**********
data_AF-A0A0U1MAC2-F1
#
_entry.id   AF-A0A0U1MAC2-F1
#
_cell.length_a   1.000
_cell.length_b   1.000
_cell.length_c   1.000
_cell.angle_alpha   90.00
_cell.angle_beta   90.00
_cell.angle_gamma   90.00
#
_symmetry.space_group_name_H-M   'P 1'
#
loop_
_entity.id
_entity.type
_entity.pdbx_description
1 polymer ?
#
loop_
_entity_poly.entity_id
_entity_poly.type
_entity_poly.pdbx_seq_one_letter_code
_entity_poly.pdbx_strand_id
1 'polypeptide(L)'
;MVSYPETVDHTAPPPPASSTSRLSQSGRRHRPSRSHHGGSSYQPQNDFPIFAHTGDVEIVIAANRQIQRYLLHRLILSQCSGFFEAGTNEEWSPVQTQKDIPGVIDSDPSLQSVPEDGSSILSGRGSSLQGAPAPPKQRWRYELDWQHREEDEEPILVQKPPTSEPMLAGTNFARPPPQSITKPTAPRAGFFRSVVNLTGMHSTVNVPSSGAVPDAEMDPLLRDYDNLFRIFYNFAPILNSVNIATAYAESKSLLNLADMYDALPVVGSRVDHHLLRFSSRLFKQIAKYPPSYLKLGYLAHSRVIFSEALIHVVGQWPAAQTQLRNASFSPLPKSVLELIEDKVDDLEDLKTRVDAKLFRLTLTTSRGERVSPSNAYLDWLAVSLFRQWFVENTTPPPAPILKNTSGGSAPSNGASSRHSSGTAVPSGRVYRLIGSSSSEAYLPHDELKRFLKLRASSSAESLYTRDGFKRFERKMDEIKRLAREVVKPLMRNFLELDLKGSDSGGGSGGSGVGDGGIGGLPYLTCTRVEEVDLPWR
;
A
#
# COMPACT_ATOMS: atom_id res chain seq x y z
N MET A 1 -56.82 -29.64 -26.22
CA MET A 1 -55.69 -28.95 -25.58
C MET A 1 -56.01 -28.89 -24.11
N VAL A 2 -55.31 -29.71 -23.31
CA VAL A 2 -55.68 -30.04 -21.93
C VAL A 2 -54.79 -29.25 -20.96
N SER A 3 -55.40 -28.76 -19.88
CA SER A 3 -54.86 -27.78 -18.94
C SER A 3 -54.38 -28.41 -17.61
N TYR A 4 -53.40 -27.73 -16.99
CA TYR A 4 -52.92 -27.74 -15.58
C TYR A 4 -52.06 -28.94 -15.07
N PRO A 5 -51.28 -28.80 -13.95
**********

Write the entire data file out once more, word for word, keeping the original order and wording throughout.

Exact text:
data_AF-A0A0U1MAC2-F1
#
_entry.id   AF-A0A0U1MAC2-F1
#
_cell.length_a   1.000
_cell.length_b   1.000
_cell.length_c   1.000
_cell.angle_alpha   90.00
_cell.angle_beta   90.00
_cell.angle_gamma   90.00
#
_symmetry.space_group_name_H-M   'P 1'
#
loop_
_entity.id
_entity.type
_entity.pdbx_description
1 polymer ?
#
loop_
_entity_poly.entity_id
_entity_poly.type
_entity_poly.pdbx_seq_one_letter_code
_entity_poly.pdbx_strand_id
1 'polypeptide(L)'
;MVSYPETVDHTAPPPPASSTSRLSQSGRRHRPSRSHHGGSSYQPQNDFPIFAHTGDVEIVIAANRQIQRYLLHRLILSQCSGFFEAGTNEEWSPVQTQKDIPGVIDSDPSLQSVPEDGSSILSGRGSSLQGAPAPPKQRWRYELDWQHREEDEEPILVQKPPTSEPMLAGTNFARPPPQSITKPTAPRAGFFRSVVNLTGMHSTVNVPSSGAVPDAEMDPLLRDYDNLFRIFYNFAPILNSVNIATAYAESKSLLNLADMYDALPVVGSRVDHHLLRFSSRLFKQIAKYPPSYLKLGYLAHSRVIFSEALIHVVGQWPAAQTQLRNASFSPLPKSVLELIEDKVDDLEDLKTRVDAKLFRLTLTTSRGERVSPSNAYLDWLAVSLFRQWFVENTTPPPAPILKNTSGGSAPSNGASSRHSSGTAVPSGRVYRLIGSSSSEAYLPHDELKRFLKLRASSSAESLYTRDGFKRFERKMDEIKRLAREVVKPLMRNFLELDLKGSDSGGGSGGSGVGDGGIGGLPYLTCTRVEEVDLPWR
;
A
#
# COMPACT_ATOMS: atom_id res chain seq x y z
N MET A 1 -56.82 -29.64 -26.22
CA MET A 1 -55.69 -28.95 -25.58
C MET A 1 -56.01 -28.89 -24.11
N VAL A 2 -55.31 -29.71 -23.31
CA VAL A 2 -55.68 -30.04 -21.93
C VAL A 2 -54.79 -29.25 -20.96
N SER A 3 -55.40 -28.76 -19.88
CA SER A 3 -54.86 -27.78 -18.94
C SER A 3 -54.38 -28.41 -17.61
N TYR A 4 -53.40 -27.73 -16.99
CA TYR A 4 -52.92 -27.74 -15.58
C TYR A 4 -52.06 -28.94 -15.07
N PRO A 5 -51.28 -28.80 -13.95